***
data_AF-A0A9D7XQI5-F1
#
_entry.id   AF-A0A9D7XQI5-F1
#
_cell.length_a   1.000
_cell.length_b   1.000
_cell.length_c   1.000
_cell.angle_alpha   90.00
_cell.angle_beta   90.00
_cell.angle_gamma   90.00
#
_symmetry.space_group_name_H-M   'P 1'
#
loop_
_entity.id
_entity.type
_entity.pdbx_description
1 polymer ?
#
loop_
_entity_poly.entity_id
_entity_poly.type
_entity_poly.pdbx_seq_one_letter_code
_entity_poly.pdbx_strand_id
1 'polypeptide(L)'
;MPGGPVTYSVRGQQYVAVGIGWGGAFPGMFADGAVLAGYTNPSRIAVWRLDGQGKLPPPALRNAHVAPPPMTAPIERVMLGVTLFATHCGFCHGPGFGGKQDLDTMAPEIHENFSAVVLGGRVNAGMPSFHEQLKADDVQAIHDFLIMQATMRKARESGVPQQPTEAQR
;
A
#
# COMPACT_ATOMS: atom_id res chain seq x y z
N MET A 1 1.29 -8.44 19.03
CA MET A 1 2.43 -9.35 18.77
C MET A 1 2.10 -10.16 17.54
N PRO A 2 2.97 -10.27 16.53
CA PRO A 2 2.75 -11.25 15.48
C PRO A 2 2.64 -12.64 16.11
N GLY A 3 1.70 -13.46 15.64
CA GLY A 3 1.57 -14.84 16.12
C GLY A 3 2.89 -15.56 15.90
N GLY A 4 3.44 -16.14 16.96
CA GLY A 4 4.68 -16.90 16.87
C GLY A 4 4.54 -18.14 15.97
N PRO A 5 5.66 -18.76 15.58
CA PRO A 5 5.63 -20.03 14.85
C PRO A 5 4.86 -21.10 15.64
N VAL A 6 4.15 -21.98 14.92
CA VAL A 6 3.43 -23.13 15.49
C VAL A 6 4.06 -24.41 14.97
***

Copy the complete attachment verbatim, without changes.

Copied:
data_AF-A0A9D7XQI5-F1
#
_entry.id   AF-A0A9D7XQI5-F1
#
_cell.length_a   1.000
_cell.length_b   1.000
_cell.length_c   1.000
_cell.angle_alpha   90.00
_cell.angle_beta   90.00
_cell.angle_gamma   90.00
#
_symmetry.space_group_name_H-M   'P 1'
#
loop_
_entity.id
_entity.type
_entity.pdbx_description
1 polymer ?
#
loop_
_entity_poly.entity_id
_entity_poly.type
_entity_poly.pdbx_seq_one_letter_code
_entity_poly.pdbx_strand_id
1 'polypeptide(L)'
;MPGGPVTYSVRGQQYVAVGIGWGGAFPGMFADGAVLAGYTNPSRIAVWRLDGQGKLPPPALRNAHVAPPPMTAPIERVMLGVTLFATHCGFCHGPGFGGKQDLDTMAPEIHENFSAVVLGGRVNAGMPSFHEQLKADDVQAIHDFLIMQATMRKARESGVPQQPTEAQR
;
A
#
# COMPACT_ATOMS: atom_id res chain seq x y z
N MET A 1 1.29 -8.44 19.03
CA MET A 1 2.43 -9.35 18.77
C MET A 1 2.10 -10.16 17.54
N PRO A 2 2.97 -10.27 16.53
CA PRO A 2 2.75 -11.25 15.48
C PRO A 2 2.64 -12.64 16.11
N GLY A 3 1.70 -13.46 15.64
CA GLY A 3 1.57 -14.84 16.12
C GLY A 3 2.89 -15.56 15.90
N GLY A 4 3.44 -16.14 16.96
CA GLY A 4 4.68 -16.90 16.87
C GLY A 4 4.54 -18.14 15.97
N PRO A 5 5.66 -18.76 15.58
CA PRO A 5 5.63 -20.03 14.85
C PRO A 5 4.86 -21.10 15.64
N VAL A 6 4.15 -21.98 14.92
CA VAL A 6 3.43 -23.13 15.49
C VAL A 6 4.06 -24.41 14.97